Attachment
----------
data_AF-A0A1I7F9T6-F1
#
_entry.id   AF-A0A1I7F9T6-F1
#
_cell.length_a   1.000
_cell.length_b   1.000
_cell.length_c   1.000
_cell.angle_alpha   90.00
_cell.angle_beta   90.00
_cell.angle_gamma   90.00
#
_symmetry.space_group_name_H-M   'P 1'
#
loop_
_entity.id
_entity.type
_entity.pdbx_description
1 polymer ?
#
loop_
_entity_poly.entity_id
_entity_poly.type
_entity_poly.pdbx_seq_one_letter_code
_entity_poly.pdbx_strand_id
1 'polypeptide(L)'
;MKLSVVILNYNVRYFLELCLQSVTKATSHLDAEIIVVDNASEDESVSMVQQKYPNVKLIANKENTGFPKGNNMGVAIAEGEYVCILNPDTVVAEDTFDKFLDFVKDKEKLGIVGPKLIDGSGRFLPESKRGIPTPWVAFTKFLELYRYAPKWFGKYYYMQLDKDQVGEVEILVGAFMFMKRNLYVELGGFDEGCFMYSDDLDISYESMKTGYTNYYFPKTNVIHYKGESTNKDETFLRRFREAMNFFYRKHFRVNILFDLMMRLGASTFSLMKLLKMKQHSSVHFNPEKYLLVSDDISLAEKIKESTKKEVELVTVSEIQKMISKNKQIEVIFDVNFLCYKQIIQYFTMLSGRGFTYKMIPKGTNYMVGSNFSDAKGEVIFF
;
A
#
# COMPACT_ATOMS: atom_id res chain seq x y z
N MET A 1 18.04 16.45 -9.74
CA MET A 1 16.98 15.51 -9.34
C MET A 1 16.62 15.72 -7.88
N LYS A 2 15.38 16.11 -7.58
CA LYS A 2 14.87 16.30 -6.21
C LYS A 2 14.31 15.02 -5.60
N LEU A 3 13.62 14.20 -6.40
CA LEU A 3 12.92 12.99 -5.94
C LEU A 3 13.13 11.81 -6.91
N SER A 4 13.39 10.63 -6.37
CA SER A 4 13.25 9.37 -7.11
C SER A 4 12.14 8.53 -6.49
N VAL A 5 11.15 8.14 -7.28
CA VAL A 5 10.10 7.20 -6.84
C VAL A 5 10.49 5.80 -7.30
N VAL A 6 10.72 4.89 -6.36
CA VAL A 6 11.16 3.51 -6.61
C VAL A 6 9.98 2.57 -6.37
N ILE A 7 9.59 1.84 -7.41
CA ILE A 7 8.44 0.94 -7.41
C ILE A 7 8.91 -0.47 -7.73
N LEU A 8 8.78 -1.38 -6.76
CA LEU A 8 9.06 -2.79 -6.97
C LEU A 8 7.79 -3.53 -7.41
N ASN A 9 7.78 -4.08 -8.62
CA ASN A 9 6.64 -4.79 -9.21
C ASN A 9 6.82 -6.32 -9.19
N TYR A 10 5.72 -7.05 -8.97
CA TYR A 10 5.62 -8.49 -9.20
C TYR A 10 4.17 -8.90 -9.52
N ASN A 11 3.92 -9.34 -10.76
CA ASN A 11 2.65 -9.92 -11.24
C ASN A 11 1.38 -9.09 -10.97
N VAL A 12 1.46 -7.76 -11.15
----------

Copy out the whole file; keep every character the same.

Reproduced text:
data_AF-A0A1I7F9T6-F1
#
_entry.id   AF-A0A1I7F9T6-F1
#
_cell.length_a   1.000
_cell.length_b   1.000
_cell.length_c   1.000
_cell.angle_alpha   90.00
_cell.angle_beta   90.00
_cell.angle_gamma   90.00
#
_symmetry.space_group_name_H-M   'P 1'
#
loop_
_entity.id
_entity.type
_entity.pdbx_description
1 polymer ?
#
loop_
_entity_poly.entity_id
_entity_poly.type
_entity_poly.pdbx_seq_one_letter_code
_entity_poly.pdbx_strand_id
1 'polypeptide(L)'
;MKLSVVILNYNVRYFLELCLQSVTKATSHLDAEIIVVDNASEDESVSMVQQKYPNVKLIANKENTGFPKGNNMGVAIAEGEYVCILNPDTVVAEDTFDKFLDFVKDKEKLGIVGPKLIDGSGRFLPESKRGIPTPWVAFTKFLELYRYAPKWFGKYYYMQLDKDQVGEVEILVGAFMFMKRNLYVELGGFDEGCFMYSDDLDISYESMKTGYTNYYFPKTNVIHYKGESTNKDETFLRRFREAMNFFYRKHFRVNILFDLMMRLGASTFSLMKLLKMKQHSSVHFNPEKYLLVSDDISLAEKIKESTKKEVELVTVSEIQKMISKNKQIEVIFDVNFLCYKQIIQYFTMLSGRGFTYKMIPKGTNYMVGSNFSDAKGEVIFF
;
A
#
# COMPACT_ATOMS: atom_id res chain seq x y z
N MET A 1 18.04 16.45 -9.74
CA MET A 1 16.98 15.51 -9.34
C MET A 1 16.62 15.72 -7.88
N LYS A 2 15.38 16.11 -7.58
CA LYS A 2 14.87 16.30 -6.21
C LYS A 2 14.31 15.02 -5.60
N LEU A 3 13.62 14.20 -6.40
CA LEU A 3 12.92 12.99 -5.94
C LEU A 3 13.13 11.81 -6.91
N SER A 4 13.39 10.63 -6.37
CA SER A 4 13.25 9.37 -7.11
C SER A 4 12.14 8.53 -6.49
N VAL A 5 11.15 8.14 -7.28
CA VAL A 5 10.10 7.20 -6.84
C VAL A 5 10.49 5.80 -7.30
N VAL A 6 10.72 4.89 -6.36
CA VAL A 6 11.16 3.51 -6.61
C VAL A 6 9.98 2.57 -6.37
N ILE A 7 9.59 1.84 -7.41
CA ILE A 7 8.44 0.94 -7.41
C ILE A 7 8.91 -0.47 -7.73
N LEU A 8 8.78 -1.38 -6.76
CA LEU A 8 9.06 -2.79 -6.97
C LEU A 8 7.79 -3.53 -7.41
N ASN A 9 7.78 -4.08 -8.62
CA ASN A 9 6.64 -4.79 -9.21
C ASN A 9 6.82 -6.32 -9.19
N TYR A 10 5.72 -7.05 -8.97
CA TYR A 10 5.62 -8.49 -9.20
C TYR A 10 4.17 -8.90 -9.52
N ASN A 11 3.92 -9.34 -10.76
CA ASN A 11 2.65 -9.92 -11.24
C ASN A 11 1.38 -9.09 -10.97
N VAL A 12 1.46 -7.76 -11.15